# What happens to the dual and primal feasibility when a constraint is removed after finding an optimal solution?

Assuming I had solved the a problem to optimality, I want to remove a constraint.

What happens to primal feasibility? What happens to dual feasibility?

How to solve this new problem efficiently?

My understanding is that the primal feasibility is maintained and I can solve the new problem using primal simplex very fast.

Assumption is that the original is solved to optimal it’s using dual simplex.

• That is true in exact arithmetic. In finite precision floating point arithmetic, if the "numerics"of the problem are bad, it is possible the the optimal solution gets declared infeasible after removing a constraint; ll the more likely to happen when presolve is turned on (not turned off). Yes, that kind of stuff happens in real world problems ... a lot. Commented Dec 16, 2022 at 13:06
• Sorry I am just wondering algebraically. For instance, when we add a constraint to an optimal solution, we can typically reuse the dual basis and the problem can be solved using the dual simplex algorithm. But what can be done when a constraint is removed? And mathematically what happens to dual feasibility? Commented Dec 16, 2022 at 13:16

Since the primal problem was feasible before you removed the constraint, it remains feasible. Any feasible solution to the original problem obviously satisfies all the remaining constraints.

Dual feasibility is tied to primal boundedness. Since the original primal problem had an optimal solution, so did the original dual problem (strong duality). If removing one primal constraint makes the primal problem unbounded, the dual becomes infeasible (weak duality). If the primal remains bounded, and thus still has an optimal solution, the dual remains feasible (and has an optimal solution -- strong duality again).

I assume that you meant by removed constraints is something like redundant constraints, otherwise, by that, the feasibility space of the primal is totally changing.

Based on the duality theorem, the feasibility of the primal is the optimality of the dual, and the optimality of the primal is the feasibility of the dual. Also, the constraints in the primal are already converted to the corresponding dual variables. Now, let's show what's happened to the primal and dual with the redundant constraints.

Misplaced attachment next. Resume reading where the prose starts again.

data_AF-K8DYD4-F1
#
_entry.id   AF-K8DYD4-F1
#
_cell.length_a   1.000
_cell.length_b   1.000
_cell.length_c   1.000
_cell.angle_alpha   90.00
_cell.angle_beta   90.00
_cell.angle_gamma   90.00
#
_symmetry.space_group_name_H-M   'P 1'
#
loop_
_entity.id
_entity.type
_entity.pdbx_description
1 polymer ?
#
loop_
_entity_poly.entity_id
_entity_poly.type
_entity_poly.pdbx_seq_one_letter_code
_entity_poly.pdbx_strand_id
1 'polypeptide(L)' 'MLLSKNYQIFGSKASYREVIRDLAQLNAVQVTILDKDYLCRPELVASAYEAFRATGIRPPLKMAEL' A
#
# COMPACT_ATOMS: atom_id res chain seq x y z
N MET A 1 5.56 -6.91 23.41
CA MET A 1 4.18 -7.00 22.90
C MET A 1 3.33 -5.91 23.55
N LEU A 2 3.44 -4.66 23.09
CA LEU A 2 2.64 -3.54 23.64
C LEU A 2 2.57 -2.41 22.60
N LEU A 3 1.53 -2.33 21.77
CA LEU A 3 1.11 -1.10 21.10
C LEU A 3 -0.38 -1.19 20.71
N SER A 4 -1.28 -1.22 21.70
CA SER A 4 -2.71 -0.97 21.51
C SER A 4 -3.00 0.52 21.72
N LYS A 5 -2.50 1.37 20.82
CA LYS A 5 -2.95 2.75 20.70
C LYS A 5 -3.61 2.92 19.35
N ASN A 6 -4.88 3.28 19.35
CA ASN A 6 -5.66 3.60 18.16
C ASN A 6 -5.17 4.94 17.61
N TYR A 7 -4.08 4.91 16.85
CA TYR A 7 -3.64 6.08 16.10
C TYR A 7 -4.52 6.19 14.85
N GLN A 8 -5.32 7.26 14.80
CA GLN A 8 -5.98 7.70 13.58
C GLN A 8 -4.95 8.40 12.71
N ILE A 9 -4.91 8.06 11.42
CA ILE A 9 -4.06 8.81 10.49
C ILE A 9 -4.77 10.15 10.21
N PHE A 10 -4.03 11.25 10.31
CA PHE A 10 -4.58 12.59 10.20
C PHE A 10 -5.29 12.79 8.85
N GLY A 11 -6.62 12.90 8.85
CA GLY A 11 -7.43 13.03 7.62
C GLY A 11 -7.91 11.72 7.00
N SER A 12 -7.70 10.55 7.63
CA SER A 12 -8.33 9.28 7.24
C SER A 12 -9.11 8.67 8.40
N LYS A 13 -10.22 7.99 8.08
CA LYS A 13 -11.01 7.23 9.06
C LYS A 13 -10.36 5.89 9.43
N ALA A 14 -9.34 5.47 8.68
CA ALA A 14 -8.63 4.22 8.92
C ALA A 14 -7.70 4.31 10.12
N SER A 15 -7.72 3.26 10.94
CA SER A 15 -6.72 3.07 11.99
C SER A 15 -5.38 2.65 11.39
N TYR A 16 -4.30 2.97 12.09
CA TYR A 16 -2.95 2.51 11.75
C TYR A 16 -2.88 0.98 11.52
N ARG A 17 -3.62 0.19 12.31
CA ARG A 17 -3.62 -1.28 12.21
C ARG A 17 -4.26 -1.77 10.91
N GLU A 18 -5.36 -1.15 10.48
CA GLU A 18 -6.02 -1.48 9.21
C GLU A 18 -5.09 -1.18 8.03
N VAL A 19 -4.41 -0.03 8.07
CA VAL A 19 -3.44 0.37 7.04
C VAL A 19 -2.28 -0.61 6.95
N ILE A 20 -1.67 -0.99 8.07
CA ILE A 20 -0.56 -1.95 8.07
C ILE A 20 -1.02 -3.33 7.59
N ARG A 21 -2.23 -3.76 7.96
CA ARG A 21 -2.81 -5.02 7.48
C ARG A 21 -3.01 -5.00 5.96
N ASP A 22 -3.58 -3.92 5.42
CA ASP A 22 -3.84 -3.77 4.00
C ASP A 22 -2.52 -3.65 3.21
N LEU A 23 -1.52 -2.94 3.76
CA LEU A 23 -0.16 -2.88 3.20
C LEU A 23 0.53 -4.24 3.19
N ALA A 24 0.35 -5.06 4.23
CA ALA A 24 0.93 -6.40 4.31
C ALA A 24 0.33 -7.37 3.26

$$\begin{array}{l} \text{Maximize} & Z = 3x_1 + 2x_2\\ \text{subject to:}& \\ &x_1 + x_2 \leq 9\\ &3x_1 + x_2 \leq 18\\ &x_1 \leq 7\\ &x_2 \leq 6\\ &x_1,x_2\geq 0, \end{array}$$

The feasible space of the problem is as follows:

as you can see the last two constraints are redundant and can be omitted without changing the problem's feasible space and the optimal solution.

Now, consider the dual form of the original primal:

$$\begin{array}{l} \text{Minimize} & W = 9y_1 + 18y_2 + 7y_3 + 6y_4\\ \text{subject to:}& \\ &y_1 + 3y_2 + y_3 \geq 3\\ &y_1 + y_2 + y_4 \geq 2\\ &y_1,y_2,y_3,y_4\geq 0, \end{array}$$

By omitting the primal last two constraints, one can see the variables $$y_3$$ and $$y_4$$ would be removed from the dual without changing the solution space and also optimal value.

Actually, this is a tiny problem and I am really not sure if may it be a general rule or not.

• I don’t mean redundant constraints. Commented Dec 16, 2022 at 19:29
• @Morpheus, as far as I know, by removing the non-redundant constraints from the primal, its feasible space has totally changed, and actually, it becomes another problem with another dual form. In this case, I really like to know how it can be treated as an original one. Commented Dec 16, 2022 at 19:49